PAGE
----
Strangulation: Domestic Violence Escalated
“But I’m your son!” Those were the words that finally caused an angry father to relent. He’d locked the 21-year-old in a chokehold, strangling him. The Coral Springs victim’s offense that had led to such an angry response? He’d been participating in a Zoom class with the volume up too loud.
The Rest of the Story
Richard Steven Cunningham, the accused, purportedly grabbed a chair and smashed it into a glass table, shattering it to pieces. He then tried to ground his thumbs into his son’s eyes, finally wrestling him into a chokehold. The younger man gasped and pleaded, finally convincing his father to let him go. Fortunately, the younger Cunningham had pictures and audio confirming his version of events, and his father was arrested on charges of domestic battery by strangulation. A bond of $10,000 was set, and the elder was ordered to undergo a psychiatric evaluation.
Family Violence Facts
As the previous episode indicates, domestic violence (DM) is not necessarily exclusive to married or intimate couples. In fact, four in ten victims of domestic violence are actually men. Women do fall victim to violent behaviors involving an intimate partner with alarming frequency: one out of four women will find themselves in a violent encounter during their lives. More than two-thirds of those women will ultimately experience strangulation. Regardless of who is perpetrating the violence and who is the victim, domestic violence is always an expression of control and power.
While any violence is alarming, strangulation is of particular concern because studies show that it generally leads to more dangerous episodes of violence, including homicide. So what actually constitutes strangulation? Unlike choking, which involves a blockage located in the throat, strangulation always involves external pressure, whether with bare hands, a rope, a scarf, or a similar item. Victims often experience nausea, lightheadedness, and a loss of bodily functions as they gasp for air. Oftentimes they lose consciousness altogether. If they survive the attack, observers may notice bruising on the throat, swollen lips, and blood splotched eyes. Victims may struggle to breathe and speak, may have a ringing sensation in the ears, and may experience vision problems. Serious issues such as brain damage may occur, leaving one with chronic headaches, memory loss, physical weakness, and dizziness. What no one will be able to see are the psychosomatic symptoms: PTSD, depression, nightmares, psychosis, anxiety, and suicidal ideations. Of course, the ultimate price victims pay is the loss of their very lives.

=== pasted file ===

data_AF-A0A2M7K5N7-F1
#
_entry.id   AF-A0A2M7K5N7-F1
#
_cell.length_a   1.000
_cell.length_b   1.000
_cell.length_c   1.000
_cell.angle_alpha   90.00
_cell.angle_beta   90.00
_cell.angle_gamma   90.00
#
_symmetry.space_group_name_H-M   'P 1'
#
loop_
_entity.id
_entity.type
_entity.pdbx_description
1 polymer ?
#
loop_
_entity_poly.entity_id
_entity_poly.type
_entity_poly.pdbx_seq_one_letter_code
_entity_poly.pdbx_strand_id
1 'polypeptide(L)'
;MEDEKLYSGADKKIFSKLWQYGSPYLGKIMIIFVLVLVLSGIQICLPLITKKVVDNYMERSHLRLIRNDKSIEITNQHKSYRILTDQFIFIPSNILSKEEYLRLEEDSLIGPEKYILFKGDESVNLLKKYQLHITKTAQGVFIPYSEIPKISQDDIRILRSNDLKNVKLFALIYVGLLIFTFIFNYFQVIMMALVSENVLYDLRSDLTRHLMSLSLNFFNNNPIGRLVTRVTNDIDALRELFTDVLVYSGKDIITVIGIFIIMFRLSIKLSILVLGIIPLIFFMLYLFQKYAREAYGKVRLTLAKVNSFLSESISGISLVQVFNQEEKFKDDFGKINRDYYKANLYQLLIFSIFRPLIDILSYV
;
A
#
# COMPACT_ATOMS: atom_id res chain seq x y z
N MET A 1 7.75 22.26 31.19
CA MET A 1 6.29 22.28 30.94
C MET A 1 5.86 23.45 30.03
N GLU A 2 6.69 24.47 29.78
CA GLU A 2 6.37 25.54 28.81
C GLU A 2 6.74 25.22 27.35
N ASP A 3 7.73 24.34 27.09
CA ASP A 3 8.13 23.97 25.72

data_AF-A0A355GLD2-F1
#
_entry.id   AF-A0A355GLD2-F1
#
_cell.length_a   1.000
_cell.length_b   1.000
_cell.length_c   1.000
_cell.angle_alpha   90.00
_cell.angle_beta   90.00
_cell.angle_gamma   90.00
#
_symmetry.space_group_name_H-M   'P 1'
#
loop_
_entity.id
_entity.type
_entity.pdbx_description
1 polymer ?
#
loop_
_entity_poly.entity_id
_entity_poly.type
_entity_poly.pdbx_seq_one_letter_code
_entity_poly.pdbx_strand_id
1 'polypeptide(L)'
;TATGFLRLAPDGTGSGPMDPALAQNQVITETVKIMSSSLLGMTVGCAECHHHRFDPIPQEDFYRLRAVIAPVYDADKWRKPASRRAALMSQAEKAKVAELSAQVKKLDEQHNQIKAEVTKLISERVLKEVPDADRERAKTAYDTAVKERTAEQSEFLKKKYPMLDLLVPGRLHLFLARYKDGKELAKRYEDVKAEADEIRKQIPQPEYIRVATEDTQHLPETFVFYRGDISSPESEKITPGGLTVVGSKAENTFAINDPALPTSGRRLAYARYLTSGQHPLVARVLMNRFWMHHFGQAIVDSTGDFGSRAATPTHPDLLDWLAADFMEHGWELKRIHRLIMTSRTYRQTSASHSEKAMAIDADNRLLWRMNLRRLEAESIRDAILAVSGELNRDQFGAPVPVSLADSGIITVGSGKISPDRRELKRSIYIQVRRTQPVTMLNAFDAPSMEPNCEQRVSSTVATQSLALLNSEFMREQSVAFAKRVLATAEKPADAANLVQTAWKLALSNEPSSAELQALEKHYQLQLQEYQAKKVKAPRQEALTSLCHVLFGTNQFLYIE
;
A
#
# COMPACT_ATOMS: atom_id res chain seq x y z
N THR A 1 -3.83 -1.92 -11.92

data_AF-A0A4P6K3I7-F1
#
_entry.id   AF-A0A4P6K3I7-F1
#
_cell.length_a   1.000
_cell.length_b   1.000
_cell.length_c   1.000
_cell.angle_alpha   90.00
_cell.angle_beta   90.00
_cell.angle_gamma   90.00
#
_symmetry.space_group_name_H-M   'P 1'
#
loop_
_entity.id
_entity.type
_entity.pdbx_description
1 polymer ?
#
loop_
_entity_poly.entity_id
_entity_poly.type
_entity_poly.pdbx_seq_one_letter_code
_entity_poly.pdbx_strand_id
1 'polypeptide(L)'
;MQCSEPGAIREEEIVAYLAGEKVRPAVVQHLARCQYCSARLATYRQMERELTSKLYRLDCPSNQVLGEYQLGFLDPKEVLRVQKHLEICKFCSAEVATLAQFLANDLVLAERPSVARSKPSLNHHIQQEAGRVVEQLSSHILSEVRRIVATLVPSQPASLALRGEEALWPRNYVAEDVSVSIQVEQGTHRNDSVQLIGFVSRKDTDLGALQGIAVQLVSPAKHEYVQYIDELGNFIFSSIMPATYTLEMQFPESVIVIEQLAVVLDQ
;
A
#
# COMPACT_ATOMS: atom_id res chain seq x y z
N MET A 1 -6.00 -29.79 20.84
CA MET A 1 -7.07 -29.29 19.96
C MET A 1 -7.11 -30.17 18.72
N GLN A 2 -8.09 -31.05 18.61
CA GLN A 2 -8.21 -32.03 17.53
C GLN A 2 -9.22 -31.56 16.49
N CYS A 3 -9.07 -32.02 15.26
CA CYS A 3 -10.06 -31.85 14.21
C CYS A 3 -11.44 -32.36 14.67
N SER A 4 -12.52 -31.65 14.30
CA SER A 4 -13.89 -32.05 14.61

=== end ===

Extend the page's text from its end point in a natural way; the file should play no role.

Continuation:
You Deserve Protection
If you, like the younger Cunningham, experience violence from someone who purportedly loves you, you do not have to keep taking it. If the viciousness includes strangulation, you may, in fact, be headed for more intense episodes if you don’t get out now. At The Law Office of Julia Kefalinos, our Miami domestic violence attorneys can help. We can file criminal charges and obtain a protective order, for starters. Contact us for a confidential consultation